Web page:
You do not want the government to take a large chunk of the money and other assets that you want to leave to your heirs as their legacy, so you will want to minimize the amount of taxes your estate has to pay. One of the best ways to reduce or avoid estate taxes is by savvy use of beneficiary designation and the titling of your assets.
This blog will help you secure your legacy by offering best practices for title assets and designating beneficiaries. You will want to work with a Florida estate planning attorney on the specific strategy that will meet your needs and help you achieve your goals.
Life Insurance Beneficiary Designation – Why It Matters
When you buy a life insurance policy, the form will ask you to designate the beneficiary or beneficiaries. If you leave the beneficiary designation line blank, the life insurance company will pay the policy proceeds to your estate. The money will get counted toward the total value of your estate, which could push your estate into the realm of having to pay estate tax.
There is an easy way to get the life insurance policy proceeds sent directly to your heirs and avoid getting taxed as a part of your estate. Simply write the name of the person or persons you want to be the beneficiaries of the policy. If you already have a policy that does not have a beneficiary designated, you can contact your life insurance company for the form you can use to name someone to receive the proceeds.
Retirement Account Beneficiaries
Retirement accounts work in a similar manner as life insurance when it comes to designating beneficiaries and avoiding having the asset go into your estate, possibly triggering the assessment of estate tax. If you are married or divorced, you will want to make sure that your beneficiary designation complies with Florida law regarding marital assets.
Transfer on Death (TOD) or Pay on Death (POD) Titling of Accounts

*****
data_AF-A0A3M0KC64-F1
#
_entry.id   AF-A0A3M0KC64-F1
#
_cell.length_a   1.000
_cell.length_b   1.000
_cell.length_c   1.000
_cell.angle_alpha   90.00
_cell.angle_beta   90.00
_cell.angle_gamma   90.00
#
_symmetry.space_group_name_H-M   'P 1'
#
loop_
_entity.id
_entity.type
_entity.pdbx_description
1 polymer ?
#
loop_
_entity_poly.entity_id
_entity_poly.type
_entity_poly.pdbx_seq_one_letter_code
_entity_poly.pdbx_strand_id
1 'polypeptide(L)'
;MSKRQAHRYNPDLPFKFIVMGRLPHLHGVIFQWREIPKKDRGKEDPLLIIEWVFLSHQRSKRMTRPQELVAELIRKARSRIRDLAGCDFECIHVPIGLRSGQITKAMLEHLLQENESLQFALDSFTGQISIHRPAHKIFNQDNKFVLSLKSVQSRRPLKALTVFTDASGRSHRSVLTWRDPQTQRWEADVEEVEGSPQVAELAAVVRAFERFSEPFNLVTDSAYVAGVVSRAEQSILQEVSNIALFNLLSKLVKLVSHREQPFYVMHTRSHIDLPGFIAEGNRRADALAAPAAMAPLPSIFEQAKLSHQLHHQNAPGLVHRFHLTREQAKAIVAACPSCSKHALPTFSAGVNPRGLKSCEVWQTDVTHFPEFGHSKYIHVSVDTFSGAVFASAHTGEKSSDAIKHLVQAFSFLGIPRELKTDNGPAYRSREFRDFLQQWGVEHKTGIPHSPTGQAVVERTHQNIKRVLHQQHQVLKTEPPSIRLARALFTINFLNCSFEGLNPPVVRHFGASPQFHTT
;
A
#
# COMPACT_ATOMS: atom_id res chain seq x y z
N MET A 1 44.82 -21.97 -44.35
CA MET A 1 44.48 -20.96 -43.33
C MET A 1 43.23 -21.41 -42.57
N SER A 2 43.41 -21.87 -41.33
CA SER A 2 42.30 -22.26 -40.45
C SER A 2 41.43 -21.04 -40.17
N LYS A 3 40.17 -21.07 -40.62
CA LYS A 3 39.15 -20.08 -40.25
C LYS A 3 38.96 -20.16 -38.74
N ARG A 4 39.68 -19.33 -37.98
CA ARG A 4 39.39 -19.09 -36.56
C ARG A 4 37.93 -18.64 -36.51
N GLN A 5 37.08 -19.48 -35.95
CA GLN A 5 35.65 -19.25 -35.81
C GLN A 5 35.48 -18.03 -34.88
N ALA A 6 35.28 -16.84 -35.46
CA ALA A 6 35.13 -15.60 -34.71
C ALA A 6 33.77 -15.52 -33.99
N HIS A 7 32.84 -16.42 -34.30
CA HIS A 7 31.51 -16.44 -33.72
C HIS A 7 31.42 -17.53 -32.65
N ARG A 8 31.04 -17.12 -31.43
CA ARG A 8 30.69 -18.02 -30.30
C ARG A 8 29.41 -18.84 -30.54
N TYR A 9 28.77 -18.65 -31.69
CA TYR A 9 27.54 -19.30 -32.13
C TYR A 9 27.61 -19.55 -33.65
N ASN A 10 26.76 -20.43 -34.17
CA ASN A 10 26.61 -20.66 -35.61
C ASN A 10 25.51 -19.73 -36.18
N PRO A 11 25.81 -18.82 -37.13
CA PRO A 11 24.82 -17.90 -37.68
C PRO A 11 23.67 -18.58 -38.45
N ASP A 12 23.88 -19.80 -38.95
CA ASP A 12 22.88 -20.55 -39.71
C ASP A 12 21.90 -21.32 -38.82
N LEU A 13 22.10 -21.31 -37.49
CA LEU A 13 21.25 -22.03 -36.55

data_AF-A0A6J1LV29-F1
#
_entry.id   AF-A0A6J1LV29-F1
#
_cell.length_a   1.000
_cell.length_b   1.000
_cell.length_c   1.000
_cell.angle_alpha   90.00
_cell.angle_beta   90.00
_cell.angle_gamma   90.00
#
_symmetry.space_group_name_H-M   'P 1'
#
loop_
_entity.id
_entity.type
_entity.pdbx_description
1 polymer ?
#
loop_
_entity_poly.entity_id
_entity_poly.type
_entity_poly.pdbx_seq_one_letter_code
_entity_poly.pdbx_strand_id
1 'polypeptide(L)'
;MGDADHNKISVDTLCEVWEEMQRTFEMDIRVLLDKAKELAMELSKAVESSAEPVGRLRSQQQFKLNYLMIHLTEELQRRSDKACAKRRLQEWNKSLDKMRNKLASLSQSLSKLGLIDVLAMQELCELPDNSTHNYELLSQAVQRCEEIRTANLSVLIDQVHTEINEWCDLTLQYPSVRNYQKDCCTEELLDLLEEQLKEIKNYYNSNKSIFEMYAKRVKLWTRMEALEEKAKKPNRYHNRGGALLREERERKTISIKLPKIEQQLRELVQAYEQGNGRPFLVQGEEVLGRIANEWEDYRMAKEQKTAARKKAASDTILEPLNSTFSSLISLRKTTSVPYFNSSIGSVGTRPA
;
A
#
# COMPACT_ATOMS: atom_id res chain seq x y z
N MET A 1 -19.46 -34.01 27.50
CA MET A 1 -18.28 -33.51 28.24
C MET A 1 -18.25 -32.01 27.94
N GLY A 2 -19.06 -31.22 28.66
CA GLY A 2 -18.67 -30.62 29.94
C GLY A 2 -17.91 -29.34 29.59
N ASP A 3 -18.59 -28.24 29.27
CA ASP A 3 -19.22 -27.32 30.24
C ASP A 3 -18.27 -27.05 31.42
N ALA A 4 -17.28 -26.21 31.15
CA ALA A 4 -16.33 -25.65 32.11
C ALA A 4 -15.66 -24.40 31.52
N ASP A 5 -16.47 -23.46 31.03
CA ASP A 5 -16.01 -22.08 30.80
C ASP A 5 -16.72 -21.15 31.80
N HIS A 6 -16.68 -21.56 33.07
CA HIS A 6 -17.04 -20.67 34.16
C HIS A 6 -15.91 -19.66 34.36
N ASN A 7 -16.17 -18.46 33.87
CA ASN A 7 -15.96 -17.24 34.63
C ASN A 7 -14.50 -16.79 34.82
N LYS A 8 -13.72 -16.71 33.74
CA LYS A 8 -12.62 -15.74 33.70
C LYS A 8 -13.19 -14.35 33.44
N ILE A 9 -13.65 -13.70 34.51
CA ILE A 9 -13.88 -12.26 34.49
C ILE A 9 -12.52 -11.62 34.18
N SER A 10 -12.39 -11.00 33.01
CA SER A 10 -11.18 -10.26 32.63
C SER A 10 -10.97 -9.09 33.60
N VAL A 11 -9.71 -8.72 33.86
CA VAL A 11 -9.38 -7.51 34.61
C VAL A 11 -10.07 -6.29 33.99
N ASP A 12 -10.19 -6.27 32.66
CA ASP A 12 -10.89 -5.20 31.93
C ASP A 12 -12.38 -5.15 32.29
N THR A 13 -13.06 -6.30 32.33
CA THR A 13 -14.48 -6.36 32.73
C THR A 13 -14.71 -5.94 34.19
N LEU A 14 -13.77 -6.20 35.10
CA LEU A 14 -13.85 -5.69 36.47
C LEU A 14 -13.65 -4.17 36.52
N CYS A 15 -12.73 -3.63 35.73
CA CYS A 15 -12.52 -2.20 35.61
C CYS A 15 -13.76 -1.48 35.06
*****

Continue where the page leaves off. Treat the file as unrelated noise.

Checking, savings, and investment accounts through banks and brokerage firms can circumvent the estate tax problem, but you will need to change the title of the account, rather than designate a beneficiary. Some people make their accounts joint with the person they want to inherit the money, but there is another way to keep these assets out of your estate.
You can change the title of the accounts to [Your Name] TOD or POD [the beneficiary’s name]. TOD means transfer on death, and POD means pay on death. When titled this way, your beneficiary will receive the account immediately when you pass on. The advantages of this type of titling are that you are the 100 percent owner of the account during your lifetime, and you can change beneficiaries at any time.
Titling Real Estate
Some people enter into an arrangement where they give away their real estate during their lifetime but retain a life estate for as long as they live. With a life estate arrangement, you can continue to live on the property, but you no longer own the house or land. You cannot sell it, which can be a problem if you need the money for medical bills or other reasons.
Titling Your Assets into an Irrevocable Living Trust
You could set up an irrevocable living trust to avoid your estate having to pay taxes, but consider carefully before doing so. “Irrevocable” means that you can never make changes. If you have a falling out with a beneficiary, you cannot remove them as a beneficiary. You no longer own the assets you title into the trust, even if you later need the money. We understand that beneficiary designations and titling options can be complicated. You will want to work with a Florida estate planning attorney to set up an estate plan that protects your legacy from taxes and complies with the law. Reach out to our office for help with your case.